By Jeff Black and Kristin Murphy, Mercer
This article was first published by Mercer in its People Risks in M&A Transactions Research Report.
Talent decisions often involve more complexity than other integration decisions (e.g., products, markets, customers) yet may be made with less rigor, discipline, and data. For M&A leaders to be successful, they need to “raise their game” in talent assessment.
M&A transactions trigger the need to make challenging and sometimes emotional decisions about individuals — including long-term productive employees. For example, a merger often produces redundancies: Suddenly, there are two CFOs, two customer service vice presidents, and so on. Questions swirl about who should stay, who should go, and who should be placed in a different role.
Ultimately, the acquirer must determine whether incumbents from the target (the acquired company) are the best people to achieve the new organization’s objectives.
Driving A Holistic Talent Assessment Approach
Successful buyers develop a keen understanding of the following questions early in the talent selection process:
- What skills and competencies do our leaders/ managers need in order to deliver on the new business objectives?
- Does the candidate have a leadership/ management history of mature decision-making that produces results and is consistent with the new organization’s risk profile?
- Does the individual possess skills essential to the business’s longer-term success?
- Will the individual be able to work effectively in the new company culture?
- Does this leader/manager have a track record of successfully developing talent?
- How long might this candidate stay with the firm and remain motivated?
The more information about existing employees an acquirer has before closing a deal, the better, because it can make decisions sooner. But for many practical reasons — including insufficient time, data, and access to personnel — it is rare for the acquirer to have a comprehensive organizational structure established when the final papers are being signed. As a result, the lion’s share of talent assessment happens after closing.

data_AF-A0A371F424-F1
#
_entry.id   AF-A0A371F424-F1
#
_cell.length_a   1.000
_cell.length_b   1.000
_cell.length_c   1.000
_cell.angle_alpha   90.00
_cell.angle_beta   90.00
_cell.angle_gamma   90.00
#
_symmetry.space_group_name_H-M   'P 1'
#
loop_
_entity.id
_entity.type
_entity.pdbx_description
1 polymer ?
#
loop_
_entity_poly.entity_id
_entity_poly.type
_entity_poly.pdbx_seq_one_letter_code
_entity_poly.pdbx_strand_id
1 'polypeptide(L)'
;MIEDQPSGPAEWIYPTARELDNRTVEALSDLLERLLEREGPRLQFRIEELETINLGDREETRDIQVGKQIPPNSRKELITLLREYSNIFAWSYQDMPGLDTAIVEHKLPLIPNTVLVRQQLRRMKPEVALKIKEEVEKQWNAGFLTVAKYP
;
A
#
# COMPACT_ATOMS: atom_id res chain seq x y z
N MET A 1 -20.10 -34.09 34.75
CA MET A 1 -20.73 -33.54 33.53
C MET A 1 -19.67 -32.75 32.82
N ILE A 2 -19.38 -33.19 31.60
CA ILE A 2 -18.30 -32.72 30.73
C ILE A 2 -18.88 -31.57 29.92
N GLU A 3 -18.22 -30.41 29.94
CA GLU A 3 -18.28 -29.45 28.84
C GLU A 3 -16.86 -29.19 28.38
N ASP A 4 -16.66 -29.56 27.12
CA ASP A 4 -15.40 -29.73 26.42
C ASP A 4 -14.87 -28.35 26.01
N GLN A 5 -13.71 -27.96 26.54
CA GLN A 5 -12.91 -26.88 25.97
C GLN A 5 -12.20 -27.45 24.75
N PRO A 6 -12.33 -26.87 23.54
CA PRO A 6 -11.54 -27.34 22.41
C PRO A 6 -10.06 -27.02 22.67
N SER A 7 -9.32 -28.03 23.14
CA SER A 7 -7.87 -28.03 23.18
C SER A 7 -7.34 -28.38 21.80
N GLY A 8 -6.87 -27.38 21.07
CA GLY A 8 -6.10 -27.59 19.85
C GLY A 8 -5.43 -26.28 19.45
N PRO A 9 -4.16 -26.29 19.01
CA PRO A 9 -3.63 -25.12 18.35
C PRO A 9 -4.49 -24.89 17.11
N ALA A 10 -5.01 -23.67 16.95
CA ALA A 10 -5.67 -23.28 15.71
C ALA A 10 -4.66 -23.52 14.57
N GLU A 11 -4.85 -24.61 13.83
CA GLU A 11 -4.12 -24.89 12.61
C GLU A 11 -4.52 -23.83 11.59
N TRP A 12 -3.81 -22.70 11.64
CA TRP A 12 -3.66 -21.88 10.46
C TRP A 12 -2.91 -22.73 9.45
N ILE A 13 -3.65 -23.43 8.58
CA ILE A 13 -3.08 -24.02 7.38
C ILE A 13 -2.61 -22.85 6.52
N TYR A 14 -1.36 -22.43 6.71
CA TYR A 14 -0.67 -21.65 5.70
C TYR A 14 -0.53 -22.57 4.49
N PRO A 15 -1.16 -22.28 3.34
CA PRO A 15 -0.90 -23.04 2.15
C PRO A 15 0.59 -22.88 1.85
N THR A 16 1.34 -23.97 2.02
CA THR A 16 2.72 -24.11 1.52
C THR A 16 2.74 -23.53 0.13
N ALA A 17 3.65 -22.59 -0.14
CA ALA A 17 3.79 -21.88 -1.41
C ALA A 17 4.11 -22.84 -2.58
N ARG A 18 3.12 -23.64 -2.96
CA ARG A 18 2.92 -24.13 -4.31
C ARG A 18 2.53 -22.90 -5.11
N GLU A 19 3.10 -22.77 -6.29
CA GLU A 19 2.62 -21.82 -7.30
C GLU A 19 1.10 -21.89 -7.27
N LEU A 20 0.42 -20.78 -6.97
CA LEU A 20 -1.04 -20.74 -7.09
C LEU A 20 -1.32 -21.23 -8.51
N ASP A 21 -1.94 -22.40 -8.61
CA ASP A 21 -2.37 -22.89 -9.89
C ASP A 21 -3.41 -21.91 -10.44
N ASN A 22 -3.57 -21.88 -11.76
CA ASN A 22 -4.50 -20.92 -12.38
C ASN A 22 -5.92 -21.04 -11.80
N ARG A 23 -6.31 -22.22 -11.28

Although formal employee evaluations may not be possible in a deal’s early stages, informal strategies can also yield an initial read on people’s strengths and potential risks. These include observing behavior during management presentations, reviewing CVs provided in the data room, and taking note of employee interactions during informal operational/functional meetings conducted as part of due diligence. Being intentional and diligent in these initial evaluations can inform a more formal structured assessment once the deal is approved.
Compiling a list of an employee’s leadership skills and behavioral attributes begins to tell the story of whether an employee will fit into the go-forward organization or confound the business intentions behind the deal. The formal process of determining someone’s suitability for the new organization typically comprises the following five steps:
Thorough, focused, and rigorous evaluations of leaders and key positions ensure that the acquirer’s talent decisions are optimized to meet the current and future needs of the new organization.
Mergers and acquisitions are full of risks and opportunities. To ensure that the acquirer’s talent decisions are optimized to meet the current and future needs of the new organization, it is essential to thoroughly evaluate key and critical talent with focus, rigor and honesty, beginning as soon as possible and continuing throughout the deal phases. The consequences of getting decisions about people wrong could be the difference between winning and losing in the marketplace – something no company should risk in today’s highly competitive and volatile economic environment.